Recently, the Lord Chief Justice criticised the failure of our local administration to provide the necessary funding for dealing with inquests related to the Troubles.

With unusual frankness for the highest judge in the land, Sir Declan Morgan spoke directly about helping the families of the deceased find the truth about their loved ones' deaths.

Clearly, he saw the need to help those so directly impacted by the Troubles to find some solace by uncovering the truth about their deaths.

Hopefully, the Executive will listen carefully to his unusual public intervention and provide the necessary funding for the timely processing of these inquests. The time for action has long passed and the playing of party politics should cease.

Similarly, a recent book by Hugh Orde, the former chief constable, and Des Rea, former chair of the Policing Board, entitled Bear In Mind These Dead, has a similar resonance in relation to the greatest outrage of the Troubles - the Omagh bomb in August 1998.

The book is an exhaustive chronicle of the police investigation and the relationship between the Policing Board and the police over this issue.

It provides a point-by-point account of the whole Omagh investigation saga and presents a valuable historical reservoir for current and future researchers.

The book is a compendium of fact and is wonderfully sequenced, but does not attempt to allocate blame.

However, there is no doubt that the search for truth and justice for the Omagh victims' families and survivors has been a difficult and, at times, flawed process from the very outset of the investigation into this despicable crime.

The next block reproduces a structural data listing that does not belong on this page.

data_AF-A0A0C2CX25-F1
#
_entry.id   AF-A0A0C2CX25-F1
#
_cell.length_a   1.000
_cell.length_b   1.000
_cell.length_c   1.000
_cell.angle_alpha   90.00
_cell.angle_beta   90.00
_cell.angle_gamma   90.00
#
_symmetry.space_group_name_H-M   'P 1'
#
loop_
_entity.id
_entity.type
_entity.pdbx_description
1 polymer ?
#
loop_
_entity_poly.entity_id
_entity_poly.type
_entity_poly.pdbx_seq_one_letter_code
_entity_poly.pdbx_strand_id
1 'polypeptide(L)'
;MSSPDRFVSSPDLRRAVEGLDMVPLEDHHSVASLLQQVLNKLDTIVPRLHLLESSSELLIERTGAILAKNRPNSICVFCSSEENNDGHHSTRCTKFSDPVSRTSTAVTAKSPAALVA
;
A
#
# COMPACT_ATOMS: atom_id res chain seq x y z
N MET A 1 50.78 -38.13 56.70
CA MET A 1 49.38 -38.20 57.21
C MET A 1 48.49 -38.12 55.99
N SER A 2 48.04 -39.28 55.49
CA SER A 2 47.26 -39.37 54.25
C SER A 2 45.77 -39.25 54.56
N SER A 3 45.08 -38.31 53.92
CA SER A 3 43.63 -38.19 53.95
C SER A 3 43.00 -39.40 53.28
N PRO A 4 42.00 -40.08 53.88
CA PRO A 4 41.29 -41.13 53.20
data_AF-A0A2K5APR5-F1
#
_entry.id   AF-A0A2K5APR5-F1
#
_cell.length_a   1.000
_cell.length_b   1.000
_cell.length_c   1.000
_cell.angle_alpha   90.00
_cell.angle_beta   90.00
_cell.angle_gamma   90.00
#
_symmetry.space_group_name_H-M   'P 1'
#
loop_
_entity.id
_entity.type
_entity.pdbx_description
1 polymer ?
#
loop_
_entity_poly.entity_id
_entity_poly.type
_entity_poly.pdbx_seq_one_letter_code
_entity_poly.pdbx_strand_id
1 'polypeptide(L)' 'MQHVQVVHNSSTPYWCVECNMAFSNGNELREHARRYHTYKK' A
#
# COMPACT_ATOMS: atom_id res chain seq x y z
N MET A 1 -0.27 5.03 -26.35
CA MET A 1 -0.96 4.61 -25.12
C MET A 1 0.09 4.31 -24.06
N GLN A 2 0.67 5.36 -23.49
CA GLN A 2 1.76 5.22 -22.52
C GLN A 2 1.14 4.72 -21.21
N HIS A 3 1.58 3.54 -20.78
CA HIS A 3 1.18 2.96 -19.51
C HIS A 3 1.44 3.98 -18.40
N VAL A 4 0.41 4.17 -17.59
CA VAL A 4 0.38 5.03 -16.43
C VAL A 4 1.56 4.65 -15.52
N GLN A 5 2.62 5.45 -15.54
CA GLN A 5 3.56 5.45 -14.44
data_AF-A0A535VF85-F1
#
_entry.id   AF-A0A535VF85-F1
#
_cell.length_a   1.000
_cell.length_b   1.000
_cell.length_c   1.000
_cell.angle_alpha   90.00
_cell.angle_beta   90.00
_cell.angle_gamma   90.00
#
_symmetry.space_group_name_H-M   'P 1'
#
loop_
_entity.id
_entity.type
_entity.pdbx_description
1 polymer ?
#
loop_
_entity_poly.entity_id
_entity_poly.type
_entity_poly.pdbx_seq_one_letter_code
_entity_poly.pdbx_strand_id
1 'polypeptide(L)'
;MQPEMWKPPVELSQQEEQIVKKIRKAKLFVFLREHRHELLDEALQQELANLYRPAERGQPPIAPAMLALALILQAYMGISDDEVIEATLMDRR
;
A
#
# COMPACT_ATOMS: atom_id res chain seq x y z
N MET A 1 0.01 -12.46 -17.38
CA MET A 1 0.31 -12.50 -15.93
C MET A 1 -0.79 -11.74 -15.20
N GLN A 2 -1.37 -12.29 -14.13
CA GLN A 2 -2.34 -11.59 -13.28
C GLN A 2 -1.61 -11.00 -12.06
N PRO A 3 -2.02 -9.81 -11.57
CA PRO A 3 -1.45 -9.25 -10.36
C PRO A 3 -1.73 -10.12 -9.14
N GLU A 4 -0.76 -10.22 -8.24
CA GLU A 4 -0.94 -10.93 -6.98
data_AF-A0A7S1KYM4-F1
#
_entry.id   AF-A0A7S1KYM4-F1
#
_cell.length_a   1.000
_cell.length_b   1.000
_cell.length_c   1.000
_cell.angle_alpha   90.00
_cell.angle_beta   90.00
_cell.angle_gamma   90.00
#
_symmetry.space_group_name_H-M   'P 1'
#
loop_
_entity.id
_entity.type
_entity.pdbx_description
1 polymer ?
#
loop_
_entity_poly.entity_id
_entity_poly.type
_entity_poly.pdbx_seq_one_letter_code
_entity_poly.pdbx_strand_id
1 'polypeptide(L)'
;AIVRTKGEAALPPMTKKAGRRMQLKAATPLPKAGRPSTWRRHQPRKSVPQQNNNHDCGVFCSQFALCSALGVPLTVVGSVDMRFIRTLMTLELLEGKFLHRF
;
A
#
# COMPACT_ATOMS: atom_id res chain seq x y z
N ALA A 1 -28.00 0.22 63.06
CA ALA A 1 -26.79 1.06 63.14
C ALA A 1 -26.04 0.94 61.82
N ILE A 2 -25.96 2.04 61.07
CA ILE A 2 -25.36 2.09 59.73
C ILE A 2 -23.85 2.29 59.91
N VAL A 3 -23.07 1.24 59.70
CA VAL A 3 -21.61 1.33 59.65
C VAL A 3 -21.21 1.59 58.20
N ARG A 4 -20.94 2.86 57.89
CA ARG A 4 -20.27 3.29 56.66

That search for truth and justice continues, and this book reminds all of us of their continuing plight. The Omagh victims' families would argue that the truth has not yet been fully revealed. Central to their plight is the crucial question of whether the Omagh bombing was preventable.

While everyone knows and accepts that the Real IRA was responsible - and publicly admitted responsibility - for this ghastly act of terror, it was two years afterwards that it was claimed by Kevin Fulton, a former British agent in the IRA, that the bombing could have been prevented had the police acted upon information that he had allegedly provided to them.

This led to the subsequent investigation by the Police Ombudsman and a public spat between the then Chief Constable, Ronnie Flanagan, and the Police Ombudsman, Nuala O'Loan, in respect of the Omagh bomb investigation.